As a jazz vocalist Klewin’s singing has invited comparisons with Ella Fitzgerald, Sarah Vaughan and Peggy Lee with other influences including Betty Carter, Nancy Wilson, Melody Gardot, Ray Charles, Frank Sinatra and Nat King Cole.
However her ultimate jazz heroine is the New York born singer and pianist Blossom Dearie (1924-2009). Klewin has toured widely with her “Sings Blossom Dearie” show, which features Dearie’s own compositions alongside material associated with her written by the likes of Cole Porter, Cy Coleman and Johnny Mercer. Klewin’s homage to Dearie follows in the wake of similarly successful projects paying tribute to Ella Fitzgerald and Hoagy Carmichael.
Klewin’s Dearie show has been realised with the help of a group of Bristol’s finest musicians featuring Denny Ilett (guitar), Dan Moore (piano), Riaan Vosloo (double bass) and Matt Brown (drums). Vosloo was replaced for tonight’s performance by Naples born, Bristol based Pasquale Votino, who slotted in seamlessly alongside Brown and the others. The arrangements for the “Sings Blossom Dearie” show are written by Ilett, a musician already popular with Abergavenny audiences thanks to his involvement with regular BMJ visitors Moscow Drug Club.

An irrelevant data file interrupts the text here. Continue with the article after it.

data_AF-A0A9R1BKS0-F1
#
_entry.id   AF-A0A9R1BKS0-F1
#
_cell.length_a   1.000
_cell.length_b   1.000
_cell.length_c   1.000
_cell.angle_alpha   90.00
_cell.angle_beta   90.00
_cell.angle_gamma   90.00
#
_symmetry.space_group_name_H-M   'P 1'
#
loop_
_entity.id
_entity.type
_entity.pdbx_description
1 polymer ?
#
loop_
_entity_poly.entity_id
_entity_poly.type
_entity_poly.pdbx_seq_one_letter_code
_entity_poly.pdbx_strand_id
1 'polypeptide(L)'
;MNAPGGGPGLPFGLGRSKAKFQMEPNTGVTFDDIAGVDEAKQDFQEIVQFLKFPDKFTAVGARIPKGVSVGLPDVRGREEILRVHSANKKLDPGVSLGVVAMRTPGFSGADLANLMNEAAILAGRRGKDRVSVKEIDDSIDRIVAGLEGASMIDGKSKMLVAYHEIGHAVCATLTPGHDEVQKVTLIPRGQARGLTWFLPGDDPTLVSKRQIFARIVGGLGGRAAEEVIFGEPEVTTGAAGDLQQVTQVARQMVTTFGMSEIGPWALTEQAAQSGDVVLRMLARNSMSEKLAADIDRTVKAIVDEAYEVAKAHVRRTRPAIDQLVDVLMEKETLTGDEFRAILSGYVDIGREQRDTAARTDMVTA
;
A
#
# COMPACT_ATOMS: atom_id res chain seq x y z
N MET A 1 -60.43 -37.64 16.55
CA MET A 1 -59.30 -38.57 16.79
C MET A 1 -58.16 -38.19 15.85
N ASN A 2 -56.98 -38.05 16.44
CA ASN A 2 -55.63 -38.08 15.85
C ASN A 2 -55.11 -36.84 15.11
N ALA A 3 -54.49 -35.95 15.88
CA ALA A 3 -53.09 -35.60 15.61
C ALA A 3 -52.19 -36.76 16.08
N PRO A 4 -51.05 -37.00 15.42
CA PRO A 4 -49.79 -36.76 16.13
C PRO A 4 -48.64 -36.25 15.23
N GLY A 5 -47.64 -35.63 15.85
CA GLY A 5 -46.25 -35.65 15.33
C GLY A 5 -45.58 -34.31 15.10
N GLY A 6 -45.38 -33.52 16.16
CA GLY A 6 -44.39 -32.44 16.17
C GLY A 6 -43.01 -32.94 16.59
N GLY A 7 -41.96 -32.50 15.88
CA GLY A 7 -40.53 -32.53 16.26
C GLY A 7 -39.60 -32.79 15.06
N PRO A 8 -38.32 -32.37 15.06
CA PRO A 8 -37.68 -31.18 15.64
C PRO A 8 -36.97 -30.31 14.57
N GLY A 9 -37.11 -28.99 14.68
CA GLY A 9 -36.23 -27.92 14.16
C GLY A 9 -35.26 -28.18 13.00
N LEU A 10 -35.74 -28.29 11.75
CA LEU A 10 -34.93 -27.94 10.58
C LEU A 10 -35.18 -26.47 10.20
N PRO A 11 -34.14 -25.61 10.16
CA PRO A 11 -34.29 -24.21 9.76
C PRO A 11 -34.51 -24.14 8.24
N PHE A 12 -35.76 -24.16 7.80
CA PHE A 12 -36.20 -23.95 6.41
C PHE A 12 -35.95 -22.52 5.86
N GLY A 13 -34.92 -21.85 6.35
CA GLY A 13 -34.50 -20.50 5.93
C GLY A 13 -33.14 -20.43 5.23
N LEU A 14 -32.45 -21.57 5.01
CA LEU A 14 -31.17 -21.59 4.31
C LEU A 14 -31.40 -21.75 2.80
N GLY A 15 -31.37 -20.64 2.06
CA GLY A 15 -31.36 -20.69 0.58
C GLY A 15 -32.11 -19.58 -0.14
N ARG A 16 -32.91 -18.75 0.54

Ilett was part of a sharp dressed ensemble with Klewin choosing to perform seated. By her own admission a reluctant dancer this helped to put the focus very much on the singing and the songs, but with vocalist still representing a charismatic stage presence.
The quintet commenced with the song “Let Me Love You”, written by Bart Howard and recorded by Dearie. Ilett’s arrangement introduced Klewin’s assured, well enunciated vocals and his own crisp, clean, classic jazz guitar sound. Also featuring as a soloist was Moore, who deployed an acoustic piano setting on his keyboard throughout the evening. We also heard from bassist Votino, who immediately impressed with his first solo of the evening. Brown, using brushes, provided lightly swinging support throughout.